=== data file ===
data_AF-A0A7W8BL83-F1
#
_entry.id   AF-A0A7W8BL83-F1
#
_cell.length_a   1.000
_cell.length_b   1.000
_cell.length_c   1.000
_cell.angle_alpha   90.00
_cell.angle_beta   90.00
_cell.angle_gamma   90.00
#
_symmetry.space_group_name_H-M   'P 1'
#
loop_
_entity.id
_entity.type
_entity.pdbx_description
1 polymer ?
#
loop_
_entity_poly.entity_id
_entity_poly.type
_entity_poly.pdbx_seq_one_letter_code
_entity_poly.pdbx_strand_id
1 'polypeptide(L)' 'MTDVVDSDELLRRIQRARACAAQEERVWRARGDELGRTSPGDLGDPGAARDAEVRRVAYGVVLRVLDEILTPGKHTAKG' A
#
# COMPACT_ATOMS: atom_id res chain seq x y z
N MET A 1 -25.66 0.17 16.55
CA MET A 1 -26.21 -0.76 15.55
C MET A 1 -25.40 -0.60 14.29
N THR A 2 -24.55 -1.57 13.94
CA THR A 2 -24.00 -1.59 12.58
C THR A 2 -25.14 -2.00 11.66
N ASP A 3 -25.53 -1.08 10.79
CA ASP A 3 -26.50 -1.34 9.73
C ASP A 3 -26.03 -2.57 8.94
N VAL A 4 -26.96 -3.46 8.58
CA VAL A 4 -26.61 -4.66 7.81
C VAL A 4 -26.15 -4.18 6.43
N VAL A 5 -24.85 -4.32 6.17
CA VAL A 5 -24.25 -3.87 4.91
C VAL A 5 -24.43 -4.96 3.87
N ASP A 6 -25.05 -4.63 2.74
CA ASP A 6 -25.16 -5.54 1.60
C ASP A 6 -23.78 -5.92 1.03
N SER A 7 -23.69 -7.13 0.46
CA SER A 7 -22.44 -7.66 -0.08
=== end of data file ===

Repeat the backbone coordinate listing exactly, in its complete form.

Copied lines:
data_AF-A0A7W8BL83-F1
#
_entry.id   AF-A0A7W8BL83-F1
#
_cell.length_a   1.000
_cell.length_b   1.000
_cell.length_c   1.000
_cell.angle_alpha   90.00
_cell.angle_beta   90.00
_cell.angle_gamma   90.00
#
_symmetry.space_group_name_H-M   'P 1'
#
loop_
_entity.id
_entity.type
_entity.pdbx_description
1 polymer ?
#
loop_
_entity_poly.entity_id
_entity_poly.type
_entity_poly.pdbx_seq_one_letter_code
_entity_poly.pdbx_strand_id
1 'polypeptide(L)' 'MTDVVDSDELLRRIQRARACAAQEERVWRARGDELGRTSPGDLGDPGAARDAEVRRVAYGVVLRVLDEILTPGKHTAKG' A
#
# COMPACT_ATOMS: atom_id res chain seq x y z
N MET A 1 -25.66 0.17 16.55
CA MET A 1 -26.21 -0.76 15.55
C MET A 1 -25.40 -0.60 14.29
N THR A 2 -24.55 -1.57 13.94
CA THR A 2 -24.00 -1.59 12.58
C THR A 2 -25.14 -2.00 11.66
N ASP A 3 -25.53 -1.08 10.79
CA ASP A 3 -26.50 -1.34 9.73
C ASP A 3 -26.03 -2.57 8.94
N VAL A 4 -26.96 -3.46 8.58
CA VAL A 4 -26.61 -4.66 7.81
C VAL A 4 -26.15 -4.18 6.43
N VAL A 5 -24.85 -4.32 6.17
CA VAL A 5 -24.25 -3.87 4.91
C VAL A 5 -24.43 -4.96 3.87
N ASP A 6 -25.05 -4.63 2.74
CA ASP A 6 -25.16 -5.54 1.60
C ASP A 6 -23.78 -5.92 1.03
N SER A 7 -23.69 -7.13 0.46
CA SER A 7 -22.44 -7.66 -0.08